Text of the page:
You pop a probiotic every morning for gut health, sip a Turmeric latte to ease inflammation and diligently take magnesium at night to ease fatigued muscles, but are you getting enough Vitamin N? New research suggests that Nature is key to profound mind-body changes but chances are, like many, you’re deficient in the great outdoors. According to statistics from The Centre For Urban Design and Mental Health
, depression and anxiety rates are 40% and 20% higher in cities, respectively. And, with urban areas expected to house two-thirds of the world’s population by 2050 (according to the UN) could running for the hills, quite literally, be the solution to better mental health?
Ecotherapy, as in connecting to nature to aid wellbeing, isn’t a new idea. ‘Green Prescriptions’ (a health professional’s written advice to a patient to be physically active, such as going for a walk or a jog to reconnect with the outdoors a certain amount of times a week) have long been the norm in New Zealand and Australia, where this form of therapy has been nationalised since 1998. It also happens to be around the same time Japanese ‘forest bathing’ became recognised globally (taking leisurely walks in the forest, see more below) and the Norwegian expression ‘friluftsliv’ was first coined – meaning “open-air living”. With this in mind, it comes as no surprise that these countries top the rankings as the world’s happiest places to live.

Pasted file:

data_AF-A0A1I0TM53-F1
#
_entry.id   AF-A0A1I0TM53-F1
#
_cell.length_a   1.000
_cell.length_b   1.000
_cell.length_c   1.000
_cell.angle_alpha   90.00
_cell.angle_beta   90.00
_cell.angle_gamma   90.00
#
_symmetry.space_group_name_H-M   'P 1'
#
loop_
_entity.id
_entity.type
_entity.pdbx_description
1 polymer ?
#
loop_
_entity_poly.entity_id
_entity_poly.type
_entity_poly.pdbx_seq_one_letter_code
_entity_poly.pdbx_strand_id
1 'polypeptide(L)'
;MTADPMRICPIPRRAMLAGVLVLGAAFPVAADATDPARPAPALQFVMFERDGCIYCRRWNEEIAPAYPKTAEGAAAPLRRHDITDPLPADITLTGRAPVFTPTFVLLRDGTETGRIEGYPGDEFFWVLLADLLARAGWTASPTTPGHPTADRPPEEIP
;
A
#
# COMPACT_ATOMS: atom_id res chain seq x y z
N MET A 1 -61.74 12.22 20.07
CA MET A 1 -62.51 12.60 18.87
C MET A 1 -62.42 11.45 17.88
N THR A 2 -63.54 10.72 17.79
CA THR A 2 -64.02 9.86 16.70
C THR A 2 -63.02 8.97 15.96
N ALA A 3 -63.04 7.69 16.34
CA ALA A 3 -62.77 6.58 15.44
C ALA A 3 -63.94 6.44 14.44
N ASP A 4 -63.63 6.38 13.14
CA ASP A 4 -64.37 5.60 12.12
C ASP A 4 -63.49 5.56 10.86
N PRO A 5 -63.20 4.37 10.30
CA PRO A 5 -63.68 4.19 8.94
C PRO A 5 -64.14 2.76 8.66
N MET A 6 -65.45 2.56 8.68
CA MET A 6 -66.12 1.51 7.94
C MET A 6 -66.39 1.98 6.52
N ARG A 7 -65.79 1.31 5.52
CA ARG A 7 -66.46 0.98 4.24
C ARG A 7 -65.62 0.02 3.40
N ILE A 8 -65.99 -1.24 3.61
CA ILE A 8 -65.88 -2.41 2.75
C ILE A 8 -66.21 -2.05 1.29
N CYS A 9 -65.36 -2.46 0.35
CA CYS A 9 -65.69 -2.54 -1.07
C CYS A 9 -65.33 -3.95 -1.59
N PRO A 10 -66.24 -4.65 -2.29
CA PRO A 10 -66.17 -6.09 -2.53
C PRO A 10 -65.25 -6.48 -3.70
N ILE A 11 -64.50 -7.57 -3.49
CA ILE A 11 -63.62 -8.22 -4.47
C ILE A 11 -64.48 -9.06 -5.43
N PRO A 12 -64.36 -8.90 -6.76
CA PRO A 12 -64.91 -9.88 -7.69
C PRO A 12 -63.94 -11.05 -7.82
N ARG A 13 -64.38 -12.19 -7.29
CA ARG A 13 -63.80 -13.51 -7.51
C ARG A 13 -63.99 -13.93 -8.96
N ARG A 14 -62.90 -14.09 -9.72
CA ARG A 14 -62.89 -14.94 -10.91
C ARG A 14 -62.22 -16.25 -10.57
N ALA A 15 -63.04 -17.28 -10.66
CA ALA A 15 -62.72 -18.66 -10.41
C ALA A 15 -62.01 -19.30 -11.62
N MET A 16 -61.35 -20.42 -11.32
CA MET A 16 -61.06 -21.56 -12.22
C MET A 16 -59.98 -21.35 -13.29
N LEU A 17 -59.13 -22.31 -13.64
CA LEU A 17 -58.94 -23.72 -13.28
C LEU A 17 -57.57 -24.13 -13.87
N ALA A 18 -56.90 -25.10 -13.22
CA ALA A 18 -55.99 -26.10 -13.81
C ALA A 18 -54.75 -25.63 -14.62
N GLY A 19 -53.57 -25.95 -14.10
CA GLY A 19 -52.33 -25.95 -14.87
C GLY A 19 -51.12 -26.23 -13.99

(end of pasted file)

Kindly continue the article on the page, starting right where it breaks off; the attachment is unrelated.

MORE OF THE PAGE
However, until recently, strong scientific data which backed up the anecdotal evidence to support nature as a positive influence on our mental health was sparse. Now, mounting research suggests there are considerable health benefits to being immersed in natural green spaces. A new Stanford-led study showed that those who walked in a natural area for 90 minutes showed less activity in the region of the brain associated with depression than those who walked through a city or other urban area for the same amount of time. Another US study found that hospital patients with tree views from their windows were discharged a day earlier than those with rooms that faced walls. And, when an extra ten trees on a Toronto city block were planted in 2015, it provided health benefits to residents equivalent to a $10,000 increase in annual income, or being seven years younger. So, from lowering levels of depression, anxiety and blood pressure, to lessening stress and improving the immune system, here’s how to embrace the outdoors and reap the benefits….